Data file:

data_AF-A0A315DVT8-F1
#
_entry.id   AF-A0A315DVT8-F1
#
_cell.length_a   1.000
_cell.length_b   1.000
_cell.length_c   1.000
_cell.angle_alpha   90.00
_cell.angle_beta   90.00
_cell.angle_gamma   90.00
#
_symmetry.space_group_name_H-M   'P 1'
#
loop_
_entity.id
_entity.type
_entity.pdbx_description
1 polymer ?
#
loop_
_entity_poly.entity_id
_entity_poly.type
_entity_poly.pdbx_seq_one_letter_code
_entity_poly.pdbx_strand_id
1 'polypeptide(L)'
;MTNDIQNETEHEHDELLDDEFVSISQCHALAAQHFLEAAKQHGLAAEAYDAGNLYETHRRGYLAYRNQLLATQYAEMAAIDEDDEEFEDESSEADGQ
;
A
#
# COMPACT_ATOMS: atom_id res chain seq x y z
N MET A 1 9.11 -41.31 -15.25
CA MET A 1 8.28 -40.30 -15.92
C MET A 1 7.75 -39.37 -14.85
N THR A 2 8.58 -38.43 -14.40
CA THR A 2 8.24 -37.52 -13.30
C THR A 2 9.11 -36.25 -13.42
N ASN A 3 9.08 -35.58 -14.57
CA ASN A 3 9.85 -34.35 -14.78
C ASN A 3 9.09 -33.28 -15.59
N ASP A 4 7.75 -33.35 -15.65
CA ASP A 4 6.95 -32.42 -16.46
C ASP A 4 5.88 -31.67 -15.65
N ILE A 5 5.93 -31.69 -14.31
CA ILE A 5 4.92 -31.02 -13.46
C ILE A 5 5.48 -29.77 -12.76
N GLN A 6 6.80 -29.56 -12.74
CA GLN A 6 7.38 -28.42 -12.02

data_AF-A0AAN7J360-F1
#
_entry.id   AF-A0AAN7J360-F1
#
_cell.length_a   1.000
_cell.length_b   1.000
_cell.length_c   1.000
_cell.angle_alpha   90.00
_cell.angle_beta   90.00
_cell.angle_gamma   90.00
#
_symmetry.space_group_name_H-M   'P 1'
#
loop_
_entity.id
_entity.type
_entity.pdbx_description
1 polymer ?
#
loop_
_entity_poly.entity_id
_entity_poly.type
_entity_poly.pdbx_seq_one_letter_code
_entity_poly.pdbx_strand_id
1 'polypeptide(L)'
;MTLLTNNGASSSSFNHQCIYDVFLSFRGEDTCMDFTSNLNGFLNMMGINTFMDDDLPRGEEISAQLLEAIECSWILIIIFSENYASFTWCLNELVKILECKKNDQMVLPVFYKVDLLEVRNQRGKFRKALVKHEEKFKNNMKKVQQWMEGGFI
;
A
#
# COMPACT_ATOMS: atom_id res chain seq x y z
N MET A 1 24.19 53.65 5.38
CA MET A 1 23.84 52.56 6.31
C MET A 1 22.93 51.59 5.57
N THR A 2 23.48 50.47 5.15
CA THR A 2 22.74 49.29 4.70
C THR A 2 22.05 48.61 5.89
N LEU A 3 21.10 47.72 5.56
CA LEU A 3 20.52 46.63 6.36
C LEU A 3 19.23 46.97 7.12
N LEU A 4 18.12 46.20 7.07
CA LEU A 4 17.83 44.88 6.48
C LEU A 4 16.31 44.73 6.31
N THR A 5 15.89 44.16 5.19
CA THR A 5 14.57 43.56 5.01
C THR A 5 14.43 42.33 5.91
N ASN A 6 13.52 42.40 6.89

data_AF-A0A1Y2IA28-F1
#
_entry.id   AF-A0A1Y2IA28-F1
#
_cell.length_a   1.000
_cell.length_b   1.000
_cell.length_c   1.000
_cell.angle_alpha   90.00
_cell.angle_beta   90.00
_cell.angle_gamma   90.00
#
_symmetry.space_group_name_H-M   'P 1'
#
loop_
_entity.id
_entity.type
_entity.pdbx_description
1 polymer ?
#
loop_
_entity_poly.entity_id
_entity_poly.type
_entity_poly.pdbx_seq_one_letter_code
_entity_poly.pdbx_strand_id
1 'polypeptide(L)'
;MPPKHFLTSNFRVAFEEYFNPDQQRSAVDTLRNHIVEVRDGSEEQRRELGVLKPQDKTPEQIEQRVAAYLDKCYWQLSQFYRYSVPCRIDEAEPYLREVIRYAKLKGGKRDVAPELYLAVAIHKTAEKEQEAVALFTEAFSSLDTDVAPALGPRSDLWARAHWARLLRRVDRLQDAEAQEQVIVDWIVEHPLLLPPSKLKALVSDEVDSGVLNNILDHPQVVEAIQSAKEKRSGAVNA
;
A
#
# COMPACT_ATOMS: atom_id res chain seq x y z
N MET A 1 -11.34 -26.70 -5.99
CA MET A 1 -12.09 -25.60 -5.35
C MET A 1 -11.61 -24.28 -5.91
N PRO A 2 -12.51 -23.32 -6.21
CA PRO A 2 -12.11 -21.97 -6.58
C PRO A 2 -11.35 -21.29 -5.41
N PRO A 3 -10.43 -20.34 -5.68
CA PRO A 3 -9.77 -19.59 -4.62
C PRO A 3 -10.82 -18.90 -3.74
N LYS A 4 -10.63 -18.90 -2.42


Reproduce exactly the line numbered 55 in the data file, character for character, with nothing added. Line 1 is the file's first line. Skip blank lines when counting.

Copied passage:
_cell.angle_alpha   90.00